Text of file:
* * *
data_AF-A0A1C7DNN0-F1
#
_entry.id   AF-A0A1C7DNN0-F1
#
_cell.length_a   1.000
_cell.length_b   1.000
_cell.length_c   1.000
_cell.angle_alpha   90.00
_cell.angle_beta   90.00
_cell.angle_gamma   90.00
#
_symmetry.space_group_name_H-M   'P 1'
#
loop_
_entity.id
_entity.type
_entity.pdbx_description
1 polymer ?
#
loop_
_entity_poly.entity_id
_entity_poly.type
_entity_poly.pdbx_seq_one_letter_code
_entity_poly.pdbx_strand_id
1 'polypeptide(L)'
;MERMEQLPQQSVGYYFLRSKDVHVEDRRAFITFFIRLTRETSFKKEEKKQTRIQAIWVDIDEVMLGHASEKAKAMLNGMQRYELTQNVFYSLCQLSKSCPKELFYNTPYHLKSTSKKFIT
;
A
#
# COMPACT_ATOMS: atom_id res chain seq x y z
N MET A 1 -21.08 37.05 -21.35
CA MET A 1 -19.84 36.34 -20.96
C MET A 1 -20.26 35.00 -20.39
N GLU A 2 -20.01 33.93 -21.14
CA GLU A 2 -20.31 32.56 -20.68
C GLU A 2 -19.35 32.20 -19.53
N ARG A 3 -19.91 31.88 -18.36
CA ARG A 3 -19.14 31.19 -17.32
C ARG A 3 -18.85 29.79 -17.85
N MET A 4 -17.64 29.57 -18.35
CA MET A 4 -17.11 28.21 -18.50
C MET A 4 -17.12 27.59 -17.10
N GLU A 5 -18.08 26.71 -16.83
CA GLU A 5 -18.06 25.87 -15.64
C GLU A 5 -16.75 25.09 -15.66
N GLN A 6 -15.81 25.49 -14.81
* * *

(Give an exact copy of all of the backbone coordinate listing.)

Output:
data_AF-A0A1C7DNN0-F1
#
_entry.id   AF-A0A1C7DNN0-F1
#
_cell.length_a   1.000
_cell.length_b   1.000
_cell.length_c   1.000
_cell.angle_alpha   90.00
_cell.angle_beta   90.00
_cell.angle_gamma   90.00
#
_symmetry.space_group_name_H-M   'P 1'
#
loop_
_entity.id
_entity.type
_entity.pdbx_description
1 polymer ?
#
loop_
_entity_poly.entity_id
_entity_poly.type
_entity_poly.pdbx_seq_one_letter_code
_entity_poly.pdbx_strand_id
1 'polypeptide(L)'
;MERMEQLPQQSVGYYFLRSKDVHVEDRRAFITFFIRLTRETSFKKEEKKQTRIQAIWVDIDEVMLGHASEKAKAMLNGMQRYELTQNVFYSLCQLSKSCPKELFYNTPYHLKSTSKKFIT
;
A
#
# COMPACT_ATOMS: atom_id res chain seq x y z
N MET A 1 -21.08 37.05 -21.35
CA MET A 1 -19.84 36.34 -20.96
C MET A 1 -20.26 35.00 -20.39
N GLU A 2 -20.01 33.93 -21.14
CA GLU A 2 -20.31 32.56 -20.68
C GLU A 2 -19.35 32.20 -19.53
N ARG A 3 -19.91 31.88 -18.36
CA ARG A 3 -19.14 31.19 -17.32
C ARG A 3 -18.85 29.79 -17.85
N MET A 4 -17.64 29.57 -18.35
CA MET A 4 -17.11 28.21 -18.50
C MET A 4 -17.12 27.59 -17.10
N GLU A 5 -18.08 26.71 -16.83
CA GLU A 5 -18.06 25.87 -15.64
C GLU A 5 -16.75 25.09 -15.66
N GLN A 6 -15.81 25.49 -14.81